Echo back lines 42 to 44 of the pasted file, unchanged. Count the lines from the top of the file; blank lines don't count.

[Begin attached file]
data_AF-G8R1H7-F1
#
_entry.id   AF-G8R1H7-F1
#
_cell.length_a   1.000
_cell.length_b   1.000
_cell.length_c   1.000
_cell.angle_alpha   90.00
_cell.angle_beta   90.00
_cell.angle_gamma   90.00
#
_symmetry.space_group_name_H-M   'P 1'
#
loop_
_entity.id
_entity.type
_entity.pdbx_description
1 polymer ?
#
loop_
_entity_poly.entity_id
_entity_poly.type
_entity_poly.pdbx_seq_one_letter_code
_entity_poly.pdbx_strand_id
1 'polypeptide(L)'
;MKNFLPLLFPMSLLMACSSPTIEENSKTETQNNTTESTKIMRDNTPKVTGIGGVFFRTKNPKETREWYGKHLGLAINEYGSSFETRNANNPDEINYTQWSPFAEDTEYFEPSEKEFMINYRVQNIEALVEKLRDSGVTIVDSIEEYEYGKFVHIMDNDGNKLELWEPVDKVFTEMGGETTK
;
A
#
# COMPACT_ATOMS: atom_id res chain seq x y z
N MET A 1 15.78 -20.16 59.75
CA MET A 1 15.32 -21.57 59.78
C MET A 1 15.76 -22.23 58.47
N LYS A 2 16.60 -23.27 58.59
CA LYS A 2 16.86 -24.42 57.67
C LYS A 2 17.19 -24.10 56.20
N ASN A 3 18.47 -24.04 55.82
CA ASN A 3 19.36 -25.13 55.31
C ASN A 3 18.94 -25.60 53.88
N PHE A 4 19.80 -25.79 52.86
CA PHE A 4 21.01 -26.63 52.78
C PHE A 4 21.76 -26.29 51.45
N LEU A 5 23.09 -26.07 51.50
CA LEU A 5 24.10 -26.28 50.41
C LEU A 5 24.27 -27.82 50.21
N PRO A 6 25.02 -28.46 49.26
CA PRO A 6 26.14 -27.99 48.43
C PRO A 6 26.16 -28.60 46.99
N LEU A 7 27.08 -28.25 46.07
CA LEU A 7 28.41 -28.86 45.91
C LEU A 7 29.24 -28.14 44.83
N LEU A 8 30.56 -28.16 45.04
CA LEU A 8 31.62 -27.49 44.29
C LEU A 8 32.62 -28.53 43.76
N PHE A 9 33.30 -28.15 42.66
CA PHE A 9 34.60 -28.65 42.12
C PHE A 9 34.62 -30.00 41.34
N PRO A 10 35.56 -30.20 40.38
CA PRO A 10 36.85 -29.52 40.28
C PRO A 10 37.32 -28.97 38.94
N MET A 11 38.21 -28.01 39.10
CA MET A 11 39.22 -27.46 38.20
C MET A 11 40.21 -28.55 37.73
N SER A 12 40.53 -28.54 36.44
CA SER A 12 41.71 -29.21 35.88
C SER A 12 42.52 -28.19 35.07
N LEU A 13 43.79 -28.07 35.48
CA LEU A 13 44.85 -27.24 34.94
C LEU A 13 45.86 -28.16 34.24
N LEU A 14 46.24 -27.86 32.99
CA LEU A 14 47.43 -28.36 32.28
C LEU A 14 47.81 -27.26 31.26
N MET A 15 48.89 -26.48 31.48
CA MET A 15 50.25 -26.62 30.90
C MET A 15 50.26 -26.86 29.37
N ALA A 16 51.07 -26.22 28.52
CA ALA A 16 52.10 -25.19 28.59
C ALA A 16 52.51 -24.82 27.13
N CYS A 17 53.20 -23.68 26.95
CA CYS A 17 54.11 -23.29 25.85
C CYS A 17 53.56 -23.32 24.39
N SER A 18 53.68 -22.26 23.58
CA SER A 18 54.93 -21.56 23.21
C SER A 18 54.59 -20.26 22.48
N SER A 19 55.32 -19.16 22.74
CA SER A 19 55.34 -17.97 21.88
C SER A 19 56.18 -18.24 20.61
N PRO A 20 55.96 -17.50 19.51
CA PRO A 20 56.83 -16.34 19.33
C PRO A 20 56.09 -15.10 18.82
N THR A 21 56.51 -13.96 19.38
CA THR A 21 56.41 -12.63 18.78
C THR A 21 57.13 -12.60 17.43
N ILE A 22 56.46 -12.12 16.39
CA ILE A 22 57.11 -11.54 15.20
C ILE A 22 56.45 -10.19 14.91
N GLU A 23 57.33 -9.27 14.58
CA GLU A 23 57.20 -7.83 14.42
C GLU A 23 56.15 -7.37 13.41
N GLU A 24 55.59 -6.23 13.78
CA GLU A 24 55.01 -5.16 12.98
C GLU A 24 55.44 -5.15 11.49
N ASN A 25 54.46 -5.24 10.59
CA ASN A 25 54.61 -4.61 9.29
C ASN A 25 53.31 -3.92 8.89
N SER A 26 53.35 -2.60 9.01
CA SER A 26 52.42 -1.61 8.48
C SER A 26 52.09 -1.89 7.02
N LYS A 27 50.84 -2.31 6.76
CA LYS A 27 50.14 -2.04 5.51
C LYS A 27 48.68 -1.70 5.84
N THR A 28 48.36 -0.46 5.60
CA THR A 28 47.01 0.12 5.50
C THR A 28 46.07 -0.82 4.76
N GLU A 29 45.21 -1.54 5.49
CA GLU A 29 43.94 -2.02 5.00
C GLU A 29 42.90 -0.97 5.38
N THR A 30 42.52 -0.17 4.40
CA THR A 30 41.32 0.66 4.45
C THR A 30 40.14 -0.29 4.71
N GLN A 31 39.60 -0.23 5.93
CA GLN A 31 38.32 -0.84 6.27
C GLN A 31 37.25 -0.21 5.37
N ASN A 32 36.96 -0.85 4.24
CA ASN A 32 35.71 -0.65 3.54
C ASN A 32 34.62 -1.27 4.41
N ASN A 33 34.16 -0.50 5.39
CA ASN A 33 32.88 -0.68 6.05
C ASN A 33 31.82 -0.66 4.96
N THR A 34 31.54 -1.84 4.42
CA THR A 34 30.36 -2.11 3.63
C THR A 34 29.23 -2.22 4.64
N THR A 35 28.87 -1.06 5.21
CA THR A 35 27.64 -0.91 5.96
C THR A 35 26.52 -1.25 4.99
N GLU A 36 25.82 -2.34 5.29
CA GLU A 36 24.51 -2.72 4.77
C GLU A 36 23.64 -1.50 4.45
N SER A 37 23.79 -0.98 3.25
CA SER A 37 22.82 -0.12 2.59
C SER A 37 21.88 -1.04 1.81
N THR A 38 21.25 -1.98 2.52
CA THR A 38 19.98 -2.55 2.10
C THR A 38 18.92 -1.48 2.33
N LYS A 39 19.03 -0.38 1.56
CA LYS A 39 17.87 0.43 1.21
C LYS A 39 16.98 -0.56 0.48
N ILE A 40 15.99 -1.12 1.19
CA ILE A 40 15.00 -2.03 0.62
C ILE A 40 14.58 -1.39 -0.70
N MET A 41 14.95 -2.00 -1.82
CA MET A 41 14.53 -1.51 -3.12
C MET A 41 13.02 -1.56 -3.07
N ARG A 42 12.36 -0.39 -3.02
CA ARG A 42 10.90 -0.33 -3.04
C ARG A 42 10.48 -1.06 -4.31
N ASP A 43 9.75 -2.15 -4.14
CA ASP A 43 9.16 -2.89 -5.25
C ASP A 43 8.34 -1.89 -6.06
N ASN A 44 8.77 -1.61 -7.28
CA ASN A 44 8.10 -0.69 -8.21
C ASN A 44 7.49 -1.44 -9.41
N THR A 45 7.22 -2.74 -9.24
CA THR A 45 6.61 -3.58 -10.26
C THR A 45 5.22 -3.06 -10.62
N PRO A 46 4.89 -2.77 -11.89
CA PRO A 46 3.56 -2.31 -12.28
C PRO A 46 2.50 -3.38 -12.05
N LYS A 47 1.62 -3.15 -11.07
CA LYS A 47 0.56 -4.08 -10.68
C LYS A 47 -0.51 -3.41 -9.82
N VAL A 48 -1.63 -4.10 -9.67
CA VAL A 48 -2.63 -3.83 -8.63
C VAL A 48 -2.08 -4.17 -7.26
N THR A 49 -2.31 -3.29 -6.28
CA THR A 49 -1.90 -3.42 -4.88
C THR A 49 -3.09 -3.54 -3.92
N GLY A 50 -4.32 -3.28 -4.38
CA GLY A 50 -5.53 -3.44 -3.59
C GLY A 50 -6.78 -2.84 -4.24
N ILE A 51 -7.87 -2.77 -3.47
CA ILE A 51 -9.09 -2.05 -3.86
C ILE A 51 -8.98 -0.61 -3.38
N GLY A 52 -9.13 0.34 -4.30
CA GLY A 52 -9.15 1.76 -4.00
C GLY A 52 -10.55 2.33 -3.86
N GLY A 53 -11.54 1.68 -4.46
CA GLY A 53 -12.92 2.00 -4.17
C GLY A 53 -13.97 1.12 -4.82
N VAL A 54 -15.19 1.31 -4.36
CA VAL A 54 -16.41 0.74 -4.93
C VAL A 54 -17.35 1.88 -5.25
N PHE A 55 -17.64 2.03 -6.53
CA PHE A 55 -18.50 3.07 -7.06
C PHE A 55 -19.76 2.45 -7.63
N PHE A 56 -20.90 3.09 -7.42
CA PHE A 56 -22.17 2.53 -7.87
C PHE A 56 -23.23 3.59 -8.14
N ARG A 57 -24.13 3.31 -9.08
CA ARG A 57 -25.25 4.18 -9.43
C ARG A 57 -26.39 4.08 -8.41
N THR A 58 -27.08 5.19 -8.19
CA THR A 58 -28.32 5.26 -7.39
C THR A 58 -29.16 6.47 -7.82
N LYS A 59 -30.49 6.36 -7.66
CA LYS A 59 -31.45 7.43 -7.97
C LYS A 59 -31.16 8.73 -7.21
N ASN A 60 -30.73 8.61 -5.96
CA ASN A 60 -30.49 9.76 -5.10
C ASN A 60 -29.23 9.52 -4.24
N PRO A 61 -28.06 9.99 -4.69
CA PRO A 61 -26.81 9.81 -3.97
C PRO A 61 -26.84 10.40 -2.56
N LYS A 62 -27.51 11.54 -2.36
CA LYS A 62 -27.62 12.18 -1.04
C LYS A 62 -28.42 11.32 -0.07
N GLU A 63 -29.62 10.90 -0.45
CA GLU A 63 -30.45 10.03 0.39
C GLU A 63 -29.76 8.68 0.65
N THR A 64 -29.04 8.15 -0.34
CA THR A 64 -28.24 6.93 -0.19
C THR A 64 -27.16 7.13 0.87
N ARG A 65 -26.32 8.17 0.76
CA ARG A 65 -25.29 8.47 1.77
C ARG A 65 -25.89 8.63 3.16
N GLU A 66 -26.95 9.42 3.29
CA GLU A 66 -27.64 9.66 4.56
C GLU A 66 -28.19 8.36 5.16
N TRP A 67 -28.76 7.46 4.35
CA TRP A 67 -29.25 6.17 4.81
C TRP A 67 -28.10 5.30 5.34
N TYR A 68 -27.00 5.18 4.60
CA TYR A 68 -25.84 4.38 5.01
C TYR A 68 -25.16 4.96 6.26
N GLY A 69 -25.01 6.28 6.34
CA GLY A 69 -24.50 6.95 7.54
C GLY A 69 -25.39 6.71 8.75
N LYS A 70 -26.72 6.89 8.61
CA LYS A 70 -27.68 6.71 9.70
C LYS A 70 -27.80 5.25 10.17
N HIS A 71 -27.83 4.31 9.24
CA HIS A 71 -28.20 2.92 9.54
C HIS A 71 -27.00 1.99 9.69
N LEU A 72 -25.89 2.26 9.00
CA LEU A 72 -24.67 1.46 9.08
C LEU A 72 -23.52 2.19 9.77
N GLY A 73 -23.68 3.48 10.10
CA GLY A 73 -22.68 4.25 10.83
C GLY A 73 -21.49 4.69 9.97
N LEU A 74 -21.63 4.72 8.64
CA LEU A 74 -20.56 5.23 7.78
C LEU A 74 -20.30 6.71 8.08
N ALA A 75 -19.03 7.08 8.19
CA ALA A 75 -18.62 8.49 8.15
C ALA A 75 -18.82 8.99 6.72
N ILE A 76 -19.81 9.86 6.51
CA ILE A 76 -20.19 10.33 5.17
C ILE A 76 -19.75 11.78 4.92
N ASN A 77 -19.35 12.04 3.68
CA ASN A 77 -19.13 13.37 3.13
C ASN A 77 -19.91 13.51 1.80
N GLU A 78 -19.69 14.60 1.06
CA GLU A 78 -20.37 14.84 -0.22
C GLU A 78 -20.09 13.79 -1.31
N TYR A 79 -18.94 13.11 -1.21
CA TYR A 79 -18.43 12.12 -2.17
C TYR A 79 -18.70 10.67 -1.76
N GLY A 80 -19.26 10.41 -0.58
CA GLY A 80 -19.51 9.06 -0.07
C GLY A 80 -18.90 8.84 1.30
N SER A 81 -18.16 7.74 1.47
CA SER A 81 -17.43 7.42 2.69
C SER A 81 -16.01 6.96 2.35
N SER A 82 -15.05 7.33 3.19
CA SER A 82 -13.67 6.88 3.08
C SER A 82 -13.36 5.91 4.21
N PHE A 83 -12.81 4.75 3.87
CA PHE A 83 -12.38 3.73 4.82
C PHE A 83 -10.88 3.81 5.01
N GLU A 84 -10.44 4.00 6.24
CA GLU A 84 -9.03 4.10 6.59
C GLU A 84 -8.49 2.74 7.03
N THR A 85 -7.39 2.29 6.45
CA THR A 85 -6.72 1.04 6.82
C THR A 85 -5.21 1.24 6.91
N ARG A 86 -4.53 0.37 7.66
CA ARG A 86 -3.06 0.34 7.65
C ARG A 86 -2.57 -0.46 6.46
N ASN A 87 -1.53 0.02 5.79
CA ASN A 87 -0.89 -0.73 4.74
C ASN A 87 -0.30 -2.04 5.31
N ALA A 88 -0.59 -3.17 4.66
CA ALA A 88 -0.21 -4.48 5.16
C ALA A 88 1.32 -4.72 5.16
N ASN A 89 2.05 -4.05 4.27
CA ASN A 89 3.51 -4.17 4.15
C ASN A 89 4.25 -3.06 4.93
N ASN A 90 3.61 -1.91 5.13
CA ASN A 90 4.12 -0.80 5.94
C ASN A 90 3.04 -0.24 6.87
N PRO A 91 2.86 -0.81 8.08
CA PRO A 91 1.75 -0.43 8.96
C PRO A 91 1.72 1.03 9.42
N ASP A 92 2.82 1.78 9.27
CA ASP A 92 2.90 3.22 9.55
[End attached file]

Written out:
C PHE A 4 21.76 -26.29 51.45
N LEU A 5 23.09 -26.07 51.50
CA LEU A 5 24.10 -26.28 50.41